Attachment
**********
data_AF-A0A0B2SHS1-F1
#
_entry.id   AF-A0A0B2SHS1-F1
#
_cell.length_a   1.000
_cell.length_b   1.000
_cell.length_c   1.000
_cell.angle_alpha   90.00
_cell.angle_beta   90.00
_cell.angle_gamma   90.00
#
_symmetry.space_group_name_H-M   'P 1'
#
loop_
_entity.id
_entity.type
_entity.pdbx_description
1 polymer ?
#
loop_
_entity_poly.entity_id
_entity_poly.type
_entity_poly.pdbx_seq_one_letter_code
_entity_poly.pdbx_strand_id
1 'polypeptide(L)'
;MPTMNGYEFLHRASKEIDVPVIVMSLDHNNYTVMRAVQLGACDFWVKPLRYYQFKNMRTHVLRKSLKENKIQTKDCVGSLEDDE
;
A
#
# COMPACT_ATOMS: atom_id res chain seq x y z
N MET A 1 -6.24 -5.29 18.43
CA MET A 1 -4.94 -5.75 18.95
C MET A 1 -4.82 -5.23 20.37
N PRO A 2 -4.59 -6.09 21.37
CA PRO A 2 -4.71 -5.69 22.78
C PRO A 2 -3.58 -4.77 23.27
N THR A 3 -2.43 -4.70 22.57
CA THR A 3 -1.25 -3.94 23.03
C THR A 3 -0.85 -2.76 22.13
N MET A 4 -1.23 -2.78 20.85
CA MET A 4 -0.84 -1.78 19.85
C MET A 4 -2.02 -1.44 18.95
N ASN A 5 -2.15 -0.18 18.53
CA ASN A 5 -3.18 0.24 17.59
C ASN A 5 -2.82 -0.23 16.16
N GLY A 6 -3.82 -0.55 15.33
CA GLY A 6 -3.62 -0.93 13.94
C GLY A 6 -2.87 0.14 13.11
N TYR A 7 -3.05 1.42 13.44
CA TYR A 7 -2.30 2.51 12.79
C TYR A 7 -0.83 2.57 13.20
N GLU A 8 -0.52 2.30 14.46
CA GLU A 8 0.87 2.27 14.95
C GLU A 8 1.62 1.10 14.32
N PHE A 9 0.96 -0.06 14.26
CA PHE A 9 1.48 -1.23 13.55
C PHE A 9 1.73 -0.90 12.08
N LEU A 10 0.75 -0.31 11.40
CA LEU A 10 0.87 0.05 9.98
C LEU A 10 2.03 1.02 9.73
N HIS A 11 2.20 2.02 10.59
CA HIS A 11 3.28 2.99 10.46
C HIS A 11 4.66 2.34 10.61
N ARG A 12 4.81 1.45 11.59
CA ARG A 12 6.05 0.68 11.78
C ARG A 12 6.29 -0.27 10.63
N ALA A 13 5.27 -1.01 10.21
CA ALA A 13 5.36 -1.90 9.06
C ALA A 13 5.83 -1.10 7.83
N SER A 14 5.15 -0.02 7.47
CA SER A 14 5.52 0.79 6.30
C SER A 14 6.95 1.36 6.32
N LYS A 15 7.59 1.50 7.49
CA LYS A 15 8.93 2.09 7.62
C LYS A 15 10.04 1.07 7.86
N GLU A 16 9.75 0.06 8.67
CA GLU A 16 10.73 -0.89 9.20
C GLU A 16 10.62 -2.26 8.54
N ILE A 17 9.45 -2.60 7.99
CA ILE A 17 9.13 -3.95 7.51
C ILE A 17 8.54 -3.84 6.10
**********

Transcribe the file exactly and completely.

data_AF-A0A0B2SHS1-F1
#
_entry.id   AF-A0A0B2SHS1-F1
#
_cell.length_a   1.000
_cell.length_b   1.000
_cell.length_c   1.000
_cell.angle_alpha   90.00
_cell.angle_beta   90.00
_cell.angle_gamma   90.00
#
_symmetry.space_group_name_H-M   'P 1'
#
loop_
_entity.id
_entity.type
_entity.pdbx_description
1 polymer ?
#
loop_
_entity_poly.entity_id
_entity_poly.type
_entity_poly.pdbx_seq_one_letter_code
_entity_poly.pdbx_strand_id
1 'polypeptide(L)'
;MPTMNGYEFLHRASKEIDVPVIVMSLDHNNYTVMRAVQLGACDFWVKPLRYYQFKNMRTHVLRKSLKENKIQTKDCVGSLEDDE
;
A
#
# COMPACT_ATOMS: atom_id res chain seq x y z
N MET A 1 -6.24 -5.29 18.43
CA MET A 1 -4.94 -5.75 18.95
C MET A 1 -4.82 -5.23 20.37
N PRO A 2 -4.59 -6.09 21.37
CA PRO A 2 -4.71 -5.69 22.78
C PRO A 2 -3.58 -4.77 23.27
N THR A 3 -2.43 -4.70 22.57
CA THR A 3 -1.25 -3.94 23.03
C THR A 3 -0.85 -2.76 22.13
N MET A 4 -1.23 -2.78 20.85
CA MET A 4 -0.84 -1.78 19.85
C MET A 4 -2.02 -1.44 18.95
N ASN A 5 -2.15 -0.18 18.53
CA ASN A 5 -3.18 0.24 17.59
C ASN A 5 -2.82 -0.23 16.16
N GLY A 6 -3.82 -0.55 15.33
CA GLY A 6 -3.62 -0.93 13.94
C GLY A 6 -2.87 0.14 13.11
N TYR A 7 -3.05 1.42 13.44
CA TYR A 7 -2.30 2.51 12.79
C TYR A 7 -0.83 2.57 13.20
N GLU A 8 -0.52 2.30 14.46
CA GLU A 8 0.87 2.27 14.95
C GLU A 8 1.62 1.10 14.32
N PHE A 9 0.96 -0.06 14.26
CA PHE A 9 1.48 -1.23 13.55
C PHE A 9 1.73 -0.90 12.08
N LEU A 10 0.75 -0.31 11.40
CA LEU A 10 0.87 0.05 9.98
C LEU A 10 2.03 1.02 9.73
N HIS A 11 2.20 2.02 10.59
CA HIS A 11 3.28 2.99 10.46
C HIS A 11 4.66 2.34 10.61
N ARG A 12 4.81 1.45 11.59
CA ARG A 12 6.05 0.68 11.78
C ARG A 12 6.29 -0.27 10.63
N ALA A 13 5.27 -1.01 10.21
CA ALA A 13 5.36 -1.90 9.06
C ALA A 13 5.83 -1.10 7.83
N SER A 14 5.15 -0.02 7.47
CA SER A 14 5.52 0.79 6.30
C SER A 14 6.95 1.36 6.32
N LYS A 15 7.59 1.50 7.49
CA LYS A 15 8.93 2.09 7.62
C LYS A 15 10.04 1.07 7.86
N GLU A 16 9.75 0.06 8.67
CA GLU A 16 10.73 -0.89 9.20
C GLU A 16 10.62 -2.26 8.54
N ILE A 17 9.45 -2.60 7.99
CA ILE A 17 9.13 -3.95 7.51
C ILE A 17 8.54 -3.84 6.10